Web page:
We were joined at Saham Toney by a number of local residents who came along for the tea and cake a look at the cars.
The donations came to a quite respectable (for such a small gathering) £270 of which £200 will go to the East Anglian Air Ambulance and £70 will find its way into the club coffers. It was great to be involved in such a friendly gathering.
Our big road trip of the year, driving up to the Yorkshire Dales for the TSSC Yorkshire area’s Dales Run.
A long but enjoyable seven hour, traffic jam free journey up to the Dales along the A17 and A1/(M). Plenty of people taking photos and interest shown when we parked the combo up for our lunch break. We’d forgotten how much attention the Triumph Herald and Viking gets. Driving through the narrow cobbled streets of Hawes we even got a load cheer from a group of bikers sitting outside a pub.
The fun started when we came off the A1(M) along the smaller windy, hilly roads. Especially the final road to the campsite. It’s amazing how many campsites are on roads that are a tad difficult for caravans to go along. But this one was well worth the trip. Amazing views from the caravan!
What a difference a day makes. After a seven mile trek around Dent on Friday morning we returned to find a motorbike group setting up camp between us and the view. Nice enough crowd but will be happy when they go and our clear view is with us again.
A leisurely afternoon with a few more Triumphs turning up. Chilli for dinner followed by a cocktail sitting outside Keith and Lynn’s tent made for a very pleasant evening.
Saturday, the Dales Run day. A twenty mile round trip to get some E5 petrol, a sign of things to come perhaps? Then back to the campsite to join the gathering of five Triumphs to set off for the run. Some very windy steep hills and fantastic scenery including the “Buttertubs”. Making the occasional stop to let sheep cross the road we ended up at a pub for some lunch. Taking more major roads after the lunch stop gave us a good chance to put our foot down. A hundred miles covered in total, including our search for E5.
Saturday evening saw us congregating in the local village hall for some fun and games orchestrated by Alan. Great fun but probably for all the wrong reasons.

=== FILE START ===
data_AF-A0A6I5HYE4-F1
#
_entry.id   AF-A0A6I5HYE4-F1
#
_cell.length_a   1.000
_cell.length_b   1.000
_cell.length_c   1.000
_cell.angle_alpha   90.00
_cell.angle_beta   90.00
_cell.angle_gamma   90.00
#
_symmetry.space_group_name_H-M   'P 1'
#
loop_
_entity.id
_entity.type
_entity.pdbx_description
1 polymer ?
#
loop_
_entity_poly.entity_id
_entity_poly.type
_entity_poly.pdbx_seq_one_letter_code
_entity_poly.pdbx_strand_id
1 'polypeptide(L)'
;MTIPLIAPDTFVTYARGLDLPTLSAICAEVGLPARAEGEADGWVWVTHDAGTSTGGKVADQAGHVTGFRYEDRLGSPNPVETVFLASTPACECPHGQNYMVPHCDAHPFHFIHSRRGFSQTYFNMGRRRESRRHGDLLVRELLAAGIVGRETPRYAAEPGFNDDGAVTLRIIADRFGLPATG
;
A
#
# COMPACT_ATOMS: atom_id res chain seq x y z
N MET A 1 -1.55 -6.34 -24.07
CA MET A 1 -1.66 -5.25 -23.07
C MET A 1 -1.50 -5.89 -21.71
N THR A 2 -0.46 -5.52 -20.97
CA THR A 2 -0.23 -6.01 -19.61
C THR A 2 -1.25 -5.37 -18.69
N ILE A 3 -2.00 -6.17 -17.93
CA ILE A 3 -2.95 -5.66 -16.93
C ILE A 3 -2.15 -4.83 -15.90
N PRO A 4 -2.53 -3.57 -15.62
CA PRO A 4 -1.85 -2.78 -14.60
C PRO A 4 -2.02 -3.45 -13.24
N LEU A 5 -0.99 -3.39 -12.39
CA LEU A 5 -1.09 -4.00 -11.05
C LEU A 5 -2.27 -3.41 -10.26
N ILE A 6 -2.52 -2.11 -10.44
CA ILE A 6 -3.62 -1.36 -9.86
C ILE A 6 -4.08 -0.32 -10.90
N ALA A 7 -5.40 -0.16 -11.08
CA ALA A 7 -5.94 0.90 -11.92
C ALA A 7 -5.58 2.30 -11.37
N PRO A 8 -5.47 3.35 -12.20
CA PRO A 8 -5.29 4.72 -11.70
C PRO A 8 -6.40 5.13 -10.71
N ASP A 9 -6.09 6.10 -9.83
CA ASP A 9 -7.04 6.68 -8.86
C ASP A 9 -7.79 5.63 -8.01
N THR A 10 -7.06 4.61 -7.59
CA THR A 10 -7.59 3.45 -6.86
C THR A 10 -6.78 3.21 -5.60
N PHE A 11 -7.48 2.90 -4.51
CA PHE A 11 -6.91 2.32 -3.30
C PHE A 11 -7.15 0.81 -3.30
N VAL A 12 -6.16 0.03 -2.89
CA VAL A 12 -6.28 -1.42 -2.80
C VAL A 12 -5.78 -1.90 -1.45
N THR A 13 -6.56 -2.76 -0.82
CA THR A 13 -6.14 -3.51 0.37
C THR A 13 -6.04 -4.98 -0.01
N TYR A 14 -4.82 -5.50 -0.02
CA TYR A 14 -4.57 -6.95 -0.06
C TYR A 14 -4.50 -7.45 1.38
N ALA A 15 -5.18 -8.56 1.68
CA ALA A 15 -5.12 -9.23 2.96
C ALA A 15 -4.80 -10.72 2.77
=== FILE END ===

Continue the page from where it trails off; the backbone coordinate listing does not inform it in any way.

Goodbye Sunday saw us left on our own with the views. The over riding question is why are these events so poorly attended? Don’t get me wrong, we thoroughly enjoyed it because it was such a small gathering. But it deserved to be so much bigger.
We spent the day relaxing in the sun by the caravan after a walk to the local shop for an ice cream. It was starting to feel that we were actually on a holiday. Monday saw us driving to Hawes for another walk and ice cream at Wensleydale Creamery. Followed by another trek to the M6 for fuel. On our return the view at the campsite had now been taken over by a bunch of cyclists and a very bendy woman doing yoga next door to us.
Looking at the weather for Thursdays trip home where thunderstorms were forecast. Our thinking is to leave on Wednesday. So on Tuesday we did our final long hike. Another 7 miles from the campsite in glorious sunshine. Followed by a leisurely afternoon trying to work out what the best time would be to leave, with the least amount of traffic on the narrow, windy road out of the campsite.
So the last day arrives. A short walk in the morning followed by a fry up and leisurely packing away. The worst part of the journey, five miles on a single track road from campsite to the main road, went without any problems. We even manage to stop on a bridge for a scenic photo. The rest of the drive also went without a problem, very little traffic but oh such a long way. Seven hours later saw us sitting in Swaffham market place having fish n chips. Another big trip under our belts.